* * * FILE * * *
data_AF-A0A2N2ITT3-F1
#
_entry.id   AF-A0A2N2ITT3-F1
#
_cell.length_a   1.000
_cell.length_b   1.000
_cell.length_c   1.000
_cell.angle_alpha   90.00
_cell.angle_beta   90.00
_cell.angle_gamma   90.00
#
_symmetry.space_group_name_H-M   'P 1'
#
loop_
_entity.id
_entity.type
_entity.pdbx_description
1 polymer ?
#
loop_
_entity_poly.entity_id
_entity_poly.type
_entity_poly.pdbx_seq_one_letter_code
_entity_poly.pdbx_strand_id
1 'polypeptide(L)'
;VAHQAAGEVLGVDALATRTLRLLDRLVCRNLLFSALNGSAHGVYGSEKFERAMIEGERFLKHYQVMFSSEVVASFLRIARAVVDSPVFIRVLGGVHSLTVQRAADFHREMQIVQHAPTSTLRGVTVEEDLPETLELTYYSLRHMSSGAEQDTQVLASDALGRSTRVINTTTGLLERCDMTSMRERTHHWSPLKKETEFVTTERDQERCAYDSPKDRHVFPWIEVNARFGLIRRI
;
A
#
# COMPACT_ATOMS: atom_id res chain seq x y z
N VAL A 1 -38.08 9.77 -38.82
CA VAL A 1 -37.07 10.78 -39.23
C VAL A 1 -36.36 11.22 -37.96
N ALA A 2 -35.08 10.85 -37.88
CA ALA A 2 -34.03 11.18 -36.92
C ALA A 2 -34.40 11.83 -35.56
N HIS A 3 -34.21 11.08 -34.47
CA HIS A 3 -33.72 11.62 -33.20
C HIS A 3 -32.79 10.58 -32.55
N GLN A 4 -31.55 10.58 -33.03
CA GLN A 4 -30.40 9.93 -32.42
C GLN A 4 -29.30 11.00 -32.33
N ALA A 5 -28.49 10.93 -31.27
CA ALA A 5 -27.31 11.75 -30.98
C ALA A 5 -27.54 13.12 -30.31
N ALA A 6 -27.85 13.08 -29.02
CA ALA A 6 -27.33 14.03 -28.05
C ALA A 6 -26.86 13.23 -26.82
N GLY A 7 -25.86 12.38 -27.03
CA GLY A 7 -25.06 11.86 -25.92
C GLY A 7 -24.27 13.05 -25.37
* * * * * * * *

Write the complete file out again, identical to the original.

data_AF-A0A2N2ITT3-F1
#
_entry.id   AF-A0A2N2ITT3-F1
#
_cell.length_a   1.000
_cell.length_b   1.000
_cell.length_c   1.000
_cell.angle_alpha   90.00
_cell.angle_beta   90.00
_cell.angle_gamma   90.00
#
_symmetry.space_group_name_H-M   'P 1'
#
loop_
_entity.id
_entity.type
_entity.pdbx_description
1 polymer ?
#
loop_
_entity_poly.entity_id
_entity_poly.type
_entity_poly.pdbx_seq_one_letter_code
_entity_poly.pdbx_strand_id
1 'polypeptide(L)'
;VAHQAAGEVLGVDALATRTLRLLDRLVCRNLLFSALNGSAHGVYGSEKFERAMIEGERFLKHYQVMFSSEVVASFLRIARAVVDSPVFIRVLGGVHSLTVQRAADFHREMQIVQHAPTSTLRGVTVEEDLPETLELTYYSLRHMSSGAEQDTQVLASDALGRSTRVINTTTGLLERCDMTSMRERTHHWSPLKKETEFVTTERDQERCAYDSPKDRHVFPWIEVNARFGLIRRI
;
A
#
# COMPACT_ATOMS: atom_id res chain seq x y z
N VAL A 1 -38.08 9.77 -38.82
CA VAL A 1 -37.07 10.78 -39.23
C VAL A 1 -36.36 11.22 -37.96
N ALA A 2 -35.08 10.85 -37.88
CA ALA A 2 -34.03 11.18 -36.92
C ALA A 2 -34.40 11.83 -35.56
N HIS A 3 -34.21 11.08 -34.47
CA HIS A 3 -33.72 11.62 -33.20
C HIS A 3 -32.79 10.58 -32.55
N GLN A 4 -31.55 10.58 -33.03
CA GLN A 4 -30.40 9.93 -32.42
C GLN A 4 -29.30 11.00 -32.33
N ALA A 5 -28.49 10.93 -31.27
CA ALA A 5 -27.31 11.75 -30.98
C ALA A 5 -27.54 13.12 -30.31
N ALA A 6 -27.85 13.08 -29.02
CA ALA A 6 -27.33 14.03 -28.05
C ALA A 6 -26.86 13.23 -26.82
N GLY A 7 -25.86 12.38 -27.03
CA GLY A 7 -25.06 11.86 -25.92
C GLY A 7 -24.27 13.05 -25.37